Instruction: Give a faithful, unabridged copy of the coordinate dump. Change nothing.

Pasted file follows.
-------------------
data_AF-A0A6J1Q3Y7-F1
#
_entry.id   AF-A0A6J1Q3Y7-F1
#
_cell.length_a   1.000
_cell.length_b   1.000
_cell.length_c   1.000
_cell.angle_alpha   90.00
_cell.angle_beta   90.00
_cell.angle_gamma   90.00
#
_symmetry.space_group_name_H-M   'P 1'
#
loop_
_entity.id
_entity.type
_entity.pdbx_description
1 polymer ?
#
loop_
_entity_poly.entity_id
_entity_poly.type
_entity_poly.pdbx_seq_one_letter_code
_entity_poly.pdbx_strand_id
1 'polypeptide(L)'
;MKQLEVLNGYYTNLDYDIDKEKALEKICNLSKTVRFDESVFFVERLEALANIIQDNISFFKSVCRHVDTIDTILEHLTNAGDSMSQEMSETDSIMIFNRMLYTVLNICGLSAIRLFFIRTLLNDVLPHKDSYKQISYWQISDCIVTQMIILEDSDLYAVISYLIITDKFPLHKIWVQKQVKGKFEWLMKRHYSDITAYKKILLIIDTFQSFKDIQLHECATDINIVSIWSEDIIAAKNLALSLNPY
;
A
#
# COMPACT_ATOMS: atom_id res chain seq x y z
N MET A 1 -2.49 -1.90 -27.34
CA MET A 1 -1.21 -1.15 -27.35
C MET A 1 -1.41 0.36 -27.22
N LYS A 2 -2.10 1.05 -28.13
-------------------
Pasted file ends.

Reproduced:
data_AF-A0A6J1Q3Y7-F1
#
_entry.id   AF-A0A6J1Q3Y7-F1
#
_cell.length_a   1.000
_cell.length_b   1.000
_cell.length_c   1.000
_cell.angle_alpha   90.00
_cell.angle_beta   90.00
_cell.angle_gamma   90.00
#
_symmetry.space_group_name_H-M   'P 1'
#
loop_
_entity.id
_entity.type
_entity.pdbx_description
1 polymer ?
#
loop_
_entity_poly.entity_id
_entity_poly.type
_entity_poly.pdbx_seq_one_letter_code
_entity_poly.pdbx_strand_id
1 'polypeptide(L)'
;MKQLEVLNGYYTNLDYDIDKEKALEKICNLSKTVRFDESVFFVERLEALANIIQDNISFFKSVCRHVDTIDTILEHLTNAGDSMSQEMSETDSIMIFNRMLYTVLNICGLSAIRLFFIRTLLNDVLPHKDSYKQISYWQISDCIVTQMIILEDSDLYAVISYLIITDKFPLHKIWVQKQVKGKFEWLMKRHYSDITAYKKILLIIDTFQSFKDIQLHECATDINIVSIWSEDIIAAKNLALSLNPY
;
A
#
# COMPACT_ATOMS: atom_id res chain seq x y z
N MET A 1 -2.49 -1.90 -27.34
CA MET A 1 -1.21 -1.15 -27.35
C MET A 1 -1.41 0.36 -27.22
N LYS A 2 -2.10 1.05 -28.13